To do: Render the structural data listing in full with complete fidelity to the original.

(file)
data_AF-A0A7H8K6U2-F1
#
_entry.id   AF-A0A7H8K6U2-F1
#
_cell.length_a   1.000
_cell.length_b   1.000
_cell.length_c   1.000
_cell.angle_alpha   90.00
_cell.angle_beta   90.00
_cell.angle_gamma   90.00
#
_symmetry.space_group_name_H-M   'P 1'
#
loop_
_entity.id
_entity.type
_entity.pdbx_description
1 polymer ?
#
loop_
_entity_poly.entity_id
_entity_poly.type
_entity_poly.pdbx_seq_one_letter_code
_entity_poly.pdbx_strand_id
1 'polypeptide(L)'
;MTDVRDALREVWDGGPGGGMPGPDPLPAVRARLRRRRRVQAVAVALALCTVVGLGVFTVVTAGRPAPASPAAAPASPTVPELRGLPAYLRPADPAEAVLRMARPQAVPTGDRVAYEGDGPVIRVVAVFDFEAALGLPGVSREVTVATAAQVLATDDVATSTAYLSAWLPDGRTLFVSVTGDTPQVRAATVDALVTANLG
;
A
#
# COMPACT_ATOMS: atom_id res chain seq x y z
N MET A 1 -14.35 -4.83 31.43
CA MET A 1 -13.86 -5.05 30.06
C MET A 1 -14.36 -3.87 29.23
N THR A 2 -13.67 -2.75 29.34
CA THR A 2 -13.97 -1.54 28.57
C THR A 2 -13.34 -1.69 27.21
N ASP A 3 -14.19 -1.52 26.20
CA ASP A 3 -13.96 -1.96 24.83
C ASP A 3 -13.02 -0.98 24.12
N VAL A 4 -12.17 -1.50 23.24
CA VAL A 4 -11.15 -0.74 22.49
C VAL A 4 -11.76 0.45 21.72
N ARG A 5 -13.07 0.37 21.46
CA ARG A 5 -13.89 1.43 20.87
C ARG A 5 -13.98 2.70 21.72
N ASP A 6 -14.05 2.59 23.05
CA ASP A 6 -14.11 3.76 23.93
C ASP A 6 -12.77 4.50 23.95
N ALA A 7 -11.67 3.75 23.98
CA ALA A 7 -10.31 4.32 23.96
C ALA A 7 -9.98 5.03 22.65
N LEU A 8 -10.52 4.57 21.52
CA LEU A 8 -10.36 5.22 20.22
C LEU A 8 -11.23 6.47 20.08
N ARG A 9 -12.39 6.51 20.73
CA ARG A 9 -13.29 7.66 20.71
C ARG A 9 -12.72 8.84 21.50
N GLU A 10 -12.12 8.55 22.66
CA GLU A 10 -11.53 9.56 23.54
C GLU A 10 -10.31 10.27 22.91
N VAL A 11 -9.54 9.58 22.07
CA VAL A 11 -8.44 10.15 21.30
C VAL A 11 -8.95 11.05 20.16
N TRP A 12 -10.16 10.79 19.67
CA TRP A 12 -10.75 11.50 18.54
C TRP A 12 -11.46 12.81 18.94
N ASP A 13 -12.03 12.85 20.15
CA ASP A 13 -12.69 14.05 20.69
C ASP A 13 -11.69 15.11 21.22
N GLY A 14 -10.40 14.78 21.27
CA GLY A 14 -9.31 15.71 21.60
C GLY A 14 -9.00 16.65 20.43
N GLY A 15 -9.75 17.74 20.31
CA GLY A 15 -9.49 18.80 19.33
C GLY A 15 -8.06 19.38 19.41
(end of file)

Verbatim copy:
data_AF-A0A7H8K6U2-F1
#
_entry.id   AF-A0A7H8K6U2-F1
#
_cell.length_a   1.000
_cell.length_b   1.000
_cell.length_c   1.000
_cell.angle_alpha   90.00
_cell.angle_beta   90.00
_cell.angle_gamma   90.00
#
_symmetry.space_group_name_H-M   'P 1'
#
loop_
_entity.id
_entity.type
_entity.pdbx_description
1 polymer ?
#
loop_
_entity_poly.entity_id
_entity_poly.type
_entity_poly.pdbx_seq_one_letter_code
_entity_poly.pdbx_strand_id
1 'polypeptide(L)'
;MTDVRDALREVWDGGPGGGMPGPDPLPAVRARLRRRRRVQAVAVALALCTVVGLGVFTVVTAGRPAPASPAAAPASPTVPELRGLPAYLRPADPAEAVLRMARPQAVPTGDRVAYEGDGPVIRVVAVFDFEAALGLPGVSREVTVATAAQVLATDDVATSTAYLSAWLPDGRTLFVSVTGDTPQVRAATVDALVTANLG
;
A
#
# COMPACT_ATOMS: atom_id res chain seq x y z
N MET A 1 -14.35 -4.83 31.43
CA MET A 1 -13.86 -5.05 30.06
C MET A 1 -14.36 -3.87 29.23
N THR A 2 -13.67 -2.75 29.34
CA THR A 2 -13.97 -1.54 28.57
C THR A 2 -13.34 -1.69 27.21
N ASP A 3 -14.19 -1.52 26.20
CA ASP A 3 -13.96 -1.96 24.83
C ASP A 3 -13.02 -0.98 24.12
N VAL A 4 -12.17 -1.50 23.24
CA VAL A 4 -11.15 -0.74 22.49
C VAL A 4 -11.76 0.45 21.72
N ARG A 5 -13.07 0.37 21.46
CA ARG A 5 -13.89 1.43 20.87
C ARG A 5 -13.98 2.70 21.72
N ASP A 6 -14.05 2.59 23.05
CA ASP A 6 -14.11 3.76 23.93
C ASP A 6 -12.77 4.50 23.95
N ALA A 7 -11.67 3.75 23.98
CA ALA A 7 -10.31 4.32 23.96
C ALA A 7 -9.98 5.03 22.65
N LEU A 8 -10.52 4.57 21.52
CA LEU A 8 -10.36 5.22 20.22
C LEU A 8 -11.23 6.47 20.08
N ARG A 9 -12.39 6.51 20.73
CA ARG A 9 -13.29 7.66 20.71
C ARG A 9 -12.72 8.84 21.50
N GLU A 10 -12.12 8.55 22.66
CA GLU A 10 -11.53 9.56 23.54
C GLU A 10 -10.31 10.27 22.91
N VAL A 11 -9.54 9.58 22.07
CA VAL A 11 -8.44 10.15 21.30
C VAL A 11 -8.95 11.05 20.16
N TRP A 12 -10.16 10.79 19.67
CA TRP A 12 -10.75 11.50 18.54
C TRP A 12 -11.46 12.81 18.94
N ASP A 13 -12.03 12.85 20.15
CA ASP A 13 -12.69 14.05 20.69
C ASP A 13 -11.69 15.11 21.22
N GLY A 14 -10.40 14.78 21.27
CA GLY A 14 -9.31 15.71 21.60
C GLY A 14 -9.00 16.65 20.43
N GLY A 15 -9.75 17.74 20.31
CA GLY A 15 -9.49 18.80 19.33
C GLY A 15 -8.06 19.38 19.41